• SuperbugsAntibiotic Over-Prescribing for Kids in Poorer Nations

    A new study has found that children in eight low- and middle-income countries (LMICs) receive a remarkably high number of antibiotics by the time they reach the age of 5. The study, which looked at data on sick children who attended healthcare facilities in Haiti, Kenya, Malawi, Senegal, Namibia, Nepal, Tanzania, and Uganda over a 10-year period, found that the average number of antibiotic prescriptions written for children between birth and the age of 5 in these countries was 25.

  • Public healthThe Spread and Mutation of Zika Virus

    Researchers have found that outbreaks of human disease, such as the 2015 Zika virus epidemic, may be due to genetic mutation, and viruses may undergo further changes as they expand their geographic range.

  • PerspectiveSeizure-Triggering Attack Is Stark Example of How Social Media Can Be Weaponized

    Followers of the Epilepsy Foundation’s Twitter handle were targeted last month with posts containing strobe light GIFs and videos which could have caused seizures for people with epilepsy, the foundation announced Monday. “While this kind of activity may not bear the hallmarks of a cyberattack, which can trick users into clicking malicious links or knock a website offline by flooding it with junk traffic, this attack shows that platforms can have even their normal functions weaponized in order to cause physical harm,” Shannon Vavra writes.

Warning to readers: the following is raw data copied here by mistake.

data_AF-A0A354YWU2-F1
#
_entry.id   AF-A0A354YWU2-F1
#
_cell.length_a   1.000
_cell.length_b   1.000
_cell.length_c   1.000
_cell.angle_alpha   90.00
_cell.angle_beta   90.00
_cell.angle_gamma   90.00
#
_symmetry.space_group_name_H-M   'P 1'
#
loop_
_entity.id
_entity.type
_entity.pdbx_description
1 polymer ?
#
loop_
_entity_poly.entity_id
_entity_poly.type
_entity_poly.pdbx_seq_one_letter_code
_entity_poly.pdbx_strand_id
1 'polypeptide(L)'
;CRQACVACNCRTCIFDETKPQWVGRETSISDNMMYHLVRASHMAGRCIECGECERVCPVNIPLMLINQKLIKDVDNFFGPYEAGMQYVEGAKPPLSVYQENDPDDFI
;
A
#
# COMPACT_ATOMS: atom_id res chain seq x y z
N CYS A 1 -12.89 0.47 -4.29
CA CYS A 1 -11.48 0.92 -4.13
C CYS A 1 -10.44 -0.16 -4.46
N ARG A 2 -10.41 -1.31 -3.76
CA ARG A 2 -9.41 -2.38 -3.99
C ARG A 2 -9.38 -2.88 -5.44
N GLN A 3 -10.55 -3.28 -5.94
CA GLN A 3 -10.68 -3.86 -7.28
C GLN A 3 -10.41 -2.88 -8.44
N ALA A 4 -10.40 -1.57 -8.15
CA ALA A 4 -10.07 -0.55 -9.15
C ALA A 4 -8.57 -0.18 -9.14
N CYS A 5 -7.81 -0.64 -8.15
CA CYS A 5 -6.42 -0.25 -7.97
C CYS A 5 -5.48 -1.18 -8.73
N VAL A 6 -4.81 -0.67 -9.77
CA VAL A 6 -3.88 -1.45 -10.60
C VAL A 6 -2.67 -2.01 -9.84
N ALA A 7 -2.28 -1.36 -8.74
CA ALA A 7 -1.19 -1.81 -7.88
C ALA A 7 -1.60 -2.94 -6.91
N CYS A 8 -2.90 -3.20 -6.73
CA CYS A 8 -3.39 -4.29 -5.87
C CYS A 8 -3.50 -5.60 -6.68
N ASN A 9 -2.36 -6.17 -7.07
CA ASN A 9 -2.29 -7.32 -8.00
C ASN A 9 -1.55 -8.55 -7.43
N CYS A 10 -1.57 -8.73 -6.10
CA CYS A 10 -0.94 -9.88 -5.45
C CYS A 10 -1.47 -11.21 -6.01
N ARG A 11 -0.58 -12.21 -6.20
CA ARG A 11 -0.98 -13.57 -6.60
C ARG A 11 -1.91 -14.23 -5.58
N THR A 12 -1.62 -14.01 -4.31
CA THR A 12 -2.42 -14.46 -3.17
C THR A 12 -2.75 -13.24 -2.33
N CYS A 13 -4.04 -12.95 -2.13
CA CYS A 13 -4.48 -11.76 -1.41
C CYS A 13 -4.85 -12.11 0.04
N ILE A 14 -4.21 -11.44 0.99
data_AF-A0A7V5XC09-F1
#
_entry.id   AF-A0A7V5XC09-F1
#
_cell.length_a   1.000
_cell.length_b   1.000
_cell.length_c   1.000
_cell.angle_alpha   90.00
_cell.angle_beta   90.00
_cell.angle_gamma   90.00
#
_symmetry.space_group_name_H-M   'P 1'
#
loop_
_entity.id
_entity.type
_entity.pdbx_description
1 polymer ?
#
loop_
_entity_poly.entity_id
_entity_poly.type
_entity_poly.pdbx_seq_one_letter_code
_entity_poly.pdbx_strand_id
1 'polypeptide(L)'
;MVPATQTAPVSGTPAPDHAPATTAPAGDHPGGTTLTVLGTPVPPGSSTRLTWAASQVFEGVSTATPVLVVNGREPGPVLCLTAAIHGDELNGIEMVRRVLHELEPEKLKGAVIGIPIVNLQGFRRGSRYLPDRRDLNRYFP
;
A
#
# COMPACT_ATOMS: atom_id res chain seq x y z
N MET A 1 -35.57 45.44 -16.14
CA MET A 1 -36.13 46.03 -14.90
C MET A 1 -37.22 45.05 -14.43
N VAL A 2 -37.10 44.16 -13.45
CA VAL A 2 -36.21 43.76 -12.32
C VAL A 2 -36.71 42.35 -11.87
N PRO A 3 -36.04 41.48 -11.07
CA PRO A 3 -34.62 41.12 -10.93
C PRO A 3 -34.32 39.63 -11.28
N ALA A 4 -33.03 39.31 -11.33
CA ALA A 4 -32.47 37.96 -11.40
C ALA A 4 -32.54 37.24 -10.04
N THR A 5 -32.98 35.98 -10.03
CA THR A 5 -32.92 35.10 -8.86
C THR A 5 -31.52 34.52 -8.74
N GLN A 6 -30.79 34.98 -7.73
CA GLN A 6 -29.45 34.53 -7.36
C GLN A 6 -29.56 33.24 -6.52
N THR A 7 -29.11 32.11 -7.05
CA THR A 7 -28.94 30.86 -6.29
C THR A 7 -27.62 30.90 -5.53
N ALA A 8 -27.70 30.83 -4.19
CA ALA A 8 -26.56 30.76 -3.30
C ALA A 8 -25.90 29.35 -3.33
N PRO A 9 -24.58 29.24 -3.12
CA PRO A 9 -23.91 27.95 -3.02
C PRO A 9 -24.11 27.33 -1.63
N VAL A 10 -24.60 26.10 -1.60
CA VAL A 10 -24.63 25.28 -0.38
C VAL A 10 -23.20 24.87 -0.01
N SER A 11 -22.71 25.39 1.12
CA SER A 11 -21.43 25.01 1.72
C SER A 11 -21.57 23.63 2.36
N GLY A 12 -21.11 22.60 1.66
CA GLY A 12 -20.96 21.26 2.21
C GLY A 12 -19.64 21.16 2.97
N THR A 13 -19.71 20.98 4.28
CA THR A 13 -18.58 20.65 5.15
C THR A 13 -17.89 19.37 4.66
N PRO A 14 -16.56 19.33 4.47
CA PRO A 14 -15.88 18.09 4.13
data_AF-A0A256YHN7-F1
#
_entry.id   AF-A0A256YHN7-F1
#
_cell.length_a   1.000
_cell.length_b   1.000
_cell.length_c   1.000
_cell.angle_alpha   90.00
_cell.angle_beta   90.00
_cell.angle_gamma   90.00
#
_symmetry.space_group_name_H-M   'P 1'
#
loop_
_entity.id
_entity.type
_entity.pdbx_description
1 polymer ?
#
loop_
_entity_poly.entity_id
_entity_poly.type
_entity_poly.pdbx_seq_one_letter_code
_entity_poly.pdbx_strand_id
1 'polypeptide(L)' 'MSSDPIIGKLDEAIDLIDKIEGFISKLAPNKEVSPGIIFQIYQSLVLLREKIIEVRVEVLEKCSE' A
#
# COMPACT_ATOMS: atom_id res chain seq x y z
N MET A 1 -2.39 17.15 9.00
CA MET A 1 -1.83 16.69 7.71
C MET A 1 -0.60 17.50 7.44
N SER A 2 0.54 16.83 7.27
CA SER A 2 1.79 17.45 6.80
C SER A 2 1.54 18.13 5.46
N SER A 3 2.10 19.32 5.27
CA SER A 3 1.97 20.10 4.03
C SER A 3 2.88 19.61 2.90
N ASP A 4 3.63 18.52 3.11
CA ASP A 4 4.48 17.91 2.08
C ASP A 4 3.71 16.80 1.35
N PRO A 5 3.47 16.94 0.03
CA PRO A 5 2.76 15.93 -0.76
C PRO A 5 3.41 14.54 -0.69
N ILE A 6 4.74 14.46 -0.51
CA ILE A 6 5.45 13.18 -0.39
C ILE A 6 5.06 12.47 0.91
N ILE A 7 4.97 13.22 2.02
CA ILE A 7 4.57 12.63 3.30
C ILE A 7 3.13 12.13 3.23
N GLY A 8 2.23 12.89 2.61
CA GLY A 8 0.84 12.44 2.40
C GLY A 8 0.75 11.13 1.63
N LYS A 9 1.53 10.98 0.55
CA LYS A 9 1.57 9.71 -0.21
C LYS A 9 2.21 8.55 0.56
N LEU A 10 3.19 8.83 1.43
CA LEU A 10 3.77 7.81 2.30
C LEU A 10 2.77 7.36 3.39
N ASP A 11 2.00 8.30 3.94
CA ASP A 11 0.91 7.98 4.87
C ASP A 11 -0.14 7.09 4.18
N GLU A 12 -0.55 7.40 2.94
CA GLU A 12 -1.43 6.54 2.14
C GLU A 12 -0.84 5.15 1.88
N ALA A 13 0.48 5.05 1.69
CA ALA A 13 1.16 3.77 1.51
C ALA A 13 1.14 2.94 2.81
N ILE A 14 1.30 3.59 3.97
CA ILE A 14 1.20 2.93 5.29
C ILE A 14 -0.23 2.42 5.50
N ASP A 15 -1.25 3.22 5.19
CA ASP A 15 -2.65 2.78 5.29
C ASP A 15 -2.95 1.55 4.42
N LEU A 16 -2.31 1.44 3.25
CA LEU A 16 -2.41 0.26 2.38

• SuperbugsFDA Details Rising Sales of Antibiotics for Meat Production

    New data released by the US Food and Drug Administration (FDA) shows that the amount of medically important antibiotics sold and distributed for use in food-producing animals rose by 9 percent between 2017 and 2018, after a 3-year decline. “I’m concerned that we’re going in the wrong direction,” says one expert.

  • Nuclear decontaminationLessons Learnt from Fukushima Soil Decontamination

    Following the accident at the Fukushima nuclear power plant in March 2011, the Japanese authorities decided to carry out major decontamination works in the affected area, which covers more than 9,000 km2. The European Geosciences Union (EGU) has published a collection of studies providing an overview of the decontamination strategies used and their effectiveness.

  • Energy & healthSwitching to Renewable Energy May Save Thousands of Lives in Africa

    With economies and populations surging, an industrial revolution is inevitable on the African continent. The question is, what’s going to power it? With renewable energy cheaper and more efficient than ever, countries in Africa have the unique opportunity to harness abundant renewable sources like wind, solar and geothermal to leapfrog the dependence on fossil fuels that has poisoned the air and environment in Europe, the U.S., India and China. But will they?

  • Chemical attacksPreparing for Chemical Attacks

    Is the U.S. ready for a chemical attack on the homeland? With the very real possibility of a chemical attack in public spaces like stadiums, religious buildings, museums and theaters, or even contamination of the food or water supply, the U.S. needs to be prepared to take appropriate action to save lives. This means having security measures in place to prevent or minimize the attack. It also means having effective medical responses that consider the quantity of medical supplies needed, transportation of those supplies to the scene, and medical facilities and personnel to care for the injured.